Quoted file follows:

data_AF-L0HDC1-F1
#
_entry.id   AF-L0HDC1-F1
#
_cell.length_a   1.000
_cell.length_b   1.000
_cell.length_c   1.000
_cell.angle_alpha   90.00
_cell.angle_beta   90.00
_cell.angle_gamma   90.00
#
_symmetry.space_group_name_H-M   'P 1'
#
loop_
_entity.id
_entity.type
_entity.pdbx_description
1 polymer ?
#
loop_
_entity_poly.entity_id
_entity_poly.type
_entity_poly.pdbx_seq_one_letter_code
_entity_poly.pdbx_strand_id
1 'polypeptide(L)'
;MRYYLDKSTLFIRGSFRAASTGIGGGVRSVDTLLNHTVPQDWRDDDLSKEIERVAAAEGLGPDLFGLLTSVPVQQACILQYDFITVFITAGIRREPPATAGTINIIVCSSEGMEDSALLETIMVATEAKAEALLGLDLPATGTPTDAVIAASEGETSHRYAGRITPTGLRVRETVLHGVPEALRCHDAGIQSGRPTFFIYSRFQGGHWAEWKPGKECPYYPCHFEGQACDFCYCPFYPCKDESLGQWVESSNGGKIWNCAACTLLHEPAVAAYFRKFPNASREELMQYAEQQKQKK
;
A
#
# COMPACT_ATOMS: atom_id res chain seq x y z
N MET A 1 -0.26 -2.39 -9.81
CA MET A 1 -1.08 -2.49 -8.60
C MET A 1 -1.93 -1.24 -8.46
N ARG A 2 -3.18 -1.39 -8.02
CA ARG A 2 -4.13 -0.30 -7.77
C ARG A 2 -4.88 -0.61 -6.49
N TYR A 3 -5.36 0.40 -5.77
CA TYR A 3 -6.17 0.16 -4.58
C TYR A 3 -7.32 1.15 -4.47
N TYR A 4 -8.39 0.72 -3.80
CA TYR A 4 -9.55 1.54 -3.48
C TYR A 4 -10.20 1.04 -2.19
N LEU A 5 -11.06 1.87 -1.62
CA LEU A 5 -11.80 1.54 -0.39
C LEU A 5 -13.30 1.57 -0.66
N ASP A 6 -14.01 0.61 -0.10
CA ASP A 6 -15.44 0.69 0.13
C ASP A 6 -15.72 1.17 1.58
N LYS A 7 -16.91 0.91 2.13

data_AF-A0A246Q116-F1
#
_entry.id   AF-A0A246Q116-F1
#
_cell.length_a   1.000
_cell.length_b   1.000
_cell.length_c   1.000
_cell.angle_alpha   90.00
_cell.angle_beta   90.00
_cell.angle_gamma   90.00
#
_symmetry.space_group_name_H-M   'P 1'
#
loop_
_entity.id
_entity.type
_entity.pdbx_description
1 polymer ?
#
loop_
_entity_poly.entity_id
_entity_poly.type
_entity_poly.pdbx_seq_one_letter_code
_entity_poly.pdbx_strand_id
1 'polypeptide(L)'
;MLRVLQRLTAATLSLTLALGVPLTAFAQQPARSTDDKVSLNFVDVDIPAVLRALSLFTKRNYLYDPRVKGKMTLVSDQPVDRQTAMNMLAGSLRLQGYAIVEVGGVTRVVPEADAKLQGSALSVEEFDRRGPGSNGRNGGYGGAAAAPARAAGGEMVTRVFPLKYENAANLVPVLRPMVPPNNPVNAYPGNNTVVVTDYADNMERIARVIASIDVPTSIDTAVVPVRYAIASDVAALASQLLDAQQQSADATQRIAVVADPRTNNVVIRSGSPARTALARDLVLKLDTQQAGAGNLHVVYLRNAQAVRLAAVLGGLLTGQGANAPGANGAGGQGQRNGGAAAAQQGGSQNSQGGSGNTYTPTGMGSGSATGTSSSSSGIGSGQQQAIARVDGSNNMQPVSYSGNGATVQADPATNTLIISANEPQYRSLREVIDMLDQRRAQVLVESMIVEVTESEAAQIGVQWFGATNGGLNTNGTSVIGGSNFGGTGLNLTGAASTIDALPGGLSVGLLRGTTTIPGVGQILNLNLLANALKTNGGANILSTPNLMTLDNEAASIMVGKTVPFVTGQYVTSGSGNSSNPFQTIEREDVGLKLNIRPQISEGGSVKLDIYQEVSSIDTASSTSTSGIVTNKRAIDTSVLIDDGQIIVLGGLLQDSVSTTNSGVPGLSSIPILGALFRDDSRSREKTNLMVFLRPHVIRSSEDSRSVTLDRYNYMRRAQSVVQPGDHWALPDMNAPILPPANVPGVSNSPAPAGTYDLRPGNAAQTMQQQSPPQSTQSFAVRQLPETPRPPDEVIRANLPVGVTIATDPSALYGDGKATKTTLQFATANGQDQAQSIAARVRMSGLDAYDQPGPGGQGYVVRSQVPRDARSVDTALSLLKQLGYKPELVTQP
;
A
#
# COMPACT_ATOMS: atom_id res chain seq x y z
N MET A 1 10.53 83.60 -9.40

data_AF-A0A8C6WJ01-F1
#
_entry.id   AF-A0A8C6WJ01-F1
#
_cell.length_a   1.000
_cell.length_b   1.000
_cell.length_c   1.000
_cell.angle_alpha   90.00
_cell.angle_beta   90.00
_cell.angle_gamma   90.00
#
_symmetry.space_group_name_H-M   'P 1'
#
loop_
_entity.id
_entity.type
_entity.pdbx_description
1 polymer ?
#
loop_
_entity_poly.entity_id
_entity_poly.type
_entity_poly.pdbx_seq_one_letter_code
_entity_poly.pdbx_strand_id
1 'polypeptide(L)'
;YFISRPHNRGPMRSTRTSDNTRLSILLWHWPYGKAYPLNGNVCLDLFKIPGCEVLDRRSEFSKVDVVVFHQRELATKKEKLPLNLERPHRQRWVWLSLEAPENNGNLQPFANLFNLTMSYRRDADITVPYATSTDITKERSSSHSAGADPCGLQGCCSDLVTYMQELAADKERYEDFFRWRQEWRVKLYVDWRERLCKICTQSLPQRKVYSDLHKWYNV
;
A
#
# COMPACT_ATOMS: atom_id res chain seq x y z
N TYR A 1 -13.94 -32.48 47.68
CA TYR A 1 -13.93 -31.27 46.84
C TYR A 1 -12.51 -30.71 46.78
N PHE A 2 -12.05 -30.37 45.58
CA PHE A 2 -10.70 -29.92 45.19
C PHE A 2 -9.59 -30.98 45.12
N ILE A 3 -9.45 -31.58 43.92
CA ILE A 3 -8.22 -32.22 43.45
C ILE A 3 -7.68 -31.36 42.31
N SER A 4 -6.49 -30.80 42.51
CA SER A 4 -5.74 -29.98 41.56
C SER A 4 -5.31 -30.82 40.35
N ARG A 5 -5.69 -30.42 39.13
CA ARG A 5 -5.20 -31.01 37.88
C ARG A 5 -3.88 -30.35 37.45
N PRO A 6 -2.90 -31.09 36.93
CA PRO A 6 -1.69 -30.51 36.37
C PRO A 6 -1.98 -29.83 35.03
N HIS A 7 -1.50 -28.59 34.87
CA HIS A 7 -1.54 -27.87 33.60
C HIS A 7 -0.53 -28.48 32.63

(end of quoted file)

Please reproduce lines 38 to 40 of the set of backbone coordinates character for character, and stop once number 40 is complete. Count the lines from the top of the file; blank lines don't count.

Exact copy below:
CA TYR A 3 -6.17 0.16 -4.58
C TYR A 3 -7.32 1.15 -4.47
N TYR A 4 -8.39 0.72 -3.80